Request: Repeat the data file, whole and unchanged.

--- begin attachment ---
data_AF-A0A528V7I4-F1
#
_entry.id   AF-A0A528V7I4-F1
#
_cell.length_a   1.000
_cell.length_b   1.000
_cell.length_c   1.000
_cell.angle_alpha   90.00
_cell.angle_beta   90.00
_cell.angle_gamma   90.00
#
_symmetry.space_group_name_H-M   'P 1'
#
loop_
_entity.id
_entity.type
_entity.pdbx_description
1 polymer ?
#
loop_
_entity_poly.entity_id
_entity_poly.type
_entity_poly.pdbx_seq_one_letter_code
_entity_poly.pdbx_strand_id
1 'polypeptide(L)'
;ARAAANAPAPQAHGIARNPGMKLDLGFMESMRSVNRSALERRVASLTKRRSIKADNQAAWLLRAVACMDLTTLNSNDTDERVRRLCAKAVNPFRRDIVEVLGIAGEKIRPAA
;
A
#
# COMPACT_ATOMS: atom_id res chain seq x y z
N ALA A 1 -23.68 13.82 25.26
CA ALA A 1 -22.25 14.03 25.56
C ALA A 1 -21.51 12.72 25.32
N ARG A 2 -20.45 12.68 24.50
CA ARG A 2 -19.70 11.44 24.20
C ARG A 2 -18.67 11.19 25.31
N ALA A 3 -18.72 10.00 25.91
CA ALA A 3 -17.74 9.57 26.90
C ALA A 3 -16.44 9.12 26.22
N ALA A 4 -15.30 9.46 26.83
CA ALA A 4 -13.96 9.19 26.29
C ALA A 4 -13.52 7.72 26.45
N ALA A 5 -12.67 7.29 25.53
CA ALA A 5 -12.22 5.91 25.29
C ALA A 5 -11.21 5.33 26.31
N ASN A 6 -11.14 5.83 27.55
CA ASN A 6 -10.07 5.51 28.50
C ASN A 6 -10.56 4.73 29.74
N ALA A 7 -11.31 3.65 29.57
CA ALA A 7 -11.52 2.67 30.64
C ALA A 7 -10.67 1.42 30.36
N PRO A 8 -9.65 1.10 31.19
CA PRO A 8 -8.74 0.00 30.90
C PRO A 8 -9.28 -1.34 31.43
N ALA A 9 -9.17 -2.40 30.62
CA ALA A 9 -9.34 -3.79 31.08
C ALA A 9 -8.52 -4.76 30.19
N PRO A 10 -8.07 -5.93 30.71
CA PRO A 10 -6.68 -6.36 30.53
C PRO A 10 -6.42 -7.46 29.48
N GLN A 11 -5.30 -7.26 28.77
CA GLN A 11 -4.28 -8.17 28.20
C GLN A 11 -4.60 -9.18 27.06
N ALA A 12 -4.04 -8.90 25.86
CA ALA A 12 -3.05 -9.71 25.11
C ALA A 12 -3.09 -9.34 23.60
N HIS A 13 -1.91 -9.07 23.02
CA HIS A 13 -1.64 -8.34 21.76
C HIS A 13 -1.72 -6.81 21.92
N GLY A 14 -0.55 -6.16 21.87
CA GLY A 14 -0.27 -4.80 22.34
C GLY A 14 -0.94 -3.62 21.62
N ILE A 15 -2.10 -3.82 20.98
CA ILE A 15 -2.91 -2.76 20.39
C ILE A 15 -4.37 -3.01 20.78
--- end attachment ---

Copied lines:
data_AF-A0A528V7I4-F1
#
_entry.id   AF-A0A528V7I4-F1
#
_cell.length_a   1.000
_cell.length_b   1.000
_cell.length_c   1.000
_cell.angle_alpha   90.00
_cell.angle_beta   90.00
_cell.angle_gamma   90.00
#
_symmetry.space_group_name_H-M   'P 1'
#
loop_
_entity.id
_entity.type
_entity.pdbx_description
1 polymer ?
#
loop_
_entity_poly.entity_id
_entity_poly.type
_entity_poly.pdbx_seq_one_letter_code
_entity_poly.pdbx_strand_id
1 'polypeptide(L)'
;ARAAANAPAPQAHGIARNPGMKLDLGFMESMRSVNRSALERRVASLTKRRSIKADNQAAWLLRAVACMDLTTLNSNDTDERVRRLCAKAVNPFRRDIVEVLGIAGEKIRPAA
;
A
#
# COMPACT_ATOMS: atom_id res chain seq x y z
N ALA A 1 -23.68 13.82 25.26
CA ALA A 1 -22.25 14.03 25.56
C ALA A 1 -21.51 12.72 25.32
N ARG A 2 -20.45 12.68 24.50
CA ARG A 2 -19.70 11.44 24.20
C ARG A 2 -18.67 11.19 25.31
N ALA A 3 -18.72 10.00 25.91
CA ALA A 3 -17.74 9.57 26.90
C ALA A 3 -16.44 9.12 26.22
N ALA A 4 -15.30 9.46 26.83
CA ALA A 4 -13.96 9.19 26.29
C ALA A 4 -13.52 7.72 26.45
N ALA A 5 -12.67 7.29 25.53
CA ALA A 5 -12.22 5.91 25.29
C ALA A 5 -11.21 5.33 26.31
N ASN A 6 -11.14 5.83 27.55
CA ASN A 6 -10.07 5.51 28.50
C ASN A 6 -10.56 4.73 29.74
N ALA A 7 -11.31 3.65 29.57
CA ALA A 7 -11.52 2.67 30.64
C ALA A 7 -10.67 1.42 30.36
N PRO A 8 -9.65 1.10 31.19
CA PRO A 8 -8.74 0.00 30.90
C PRO A 8 -9.28 -1.34 31.43
N ALA A 9 -9.17 -2.40 30.62
CA ALA A 9 -9.34 -3.79 31.08
C ALA A 9 -8.52 -4.76 30.19
N PRO A 10 -8.07 -5.93 30.71
CA PRO A 10 -6.68 -6.36 30.53
C PRO A 10 -6.42 -7.46 29.48
N GLN A 11 -5.30 -7.26 28.77
CA GLN A 11 -4.28 -8.17 28.20
C GLN A 11 -4.60 -9.18 27.06
N ALA A 12 -4.04 -8.90 25.86
CA ALA A 12 -3.05 -9.71 25.11
C ALA A 12 -3.09 -9.34 23.60
N HIS A 13 -1.91 -9.07 23.02
CA HIS A 13 -1.64 -8.34 21.76
C HIS A 13 -1.72 -6.81 21.92
N GLY A 14 -0.55 -6.16 21.87
CA GLY A 14 -0.27 -4.80 22.34
C GLY A 14 -0.94 -3.62 21.62
N ILE A 15 -2.10 -3.82 20.98
CA ILE A 15 -2.91 -2.76 20.39
C ILE A 15 -4.37 -3.01 20.78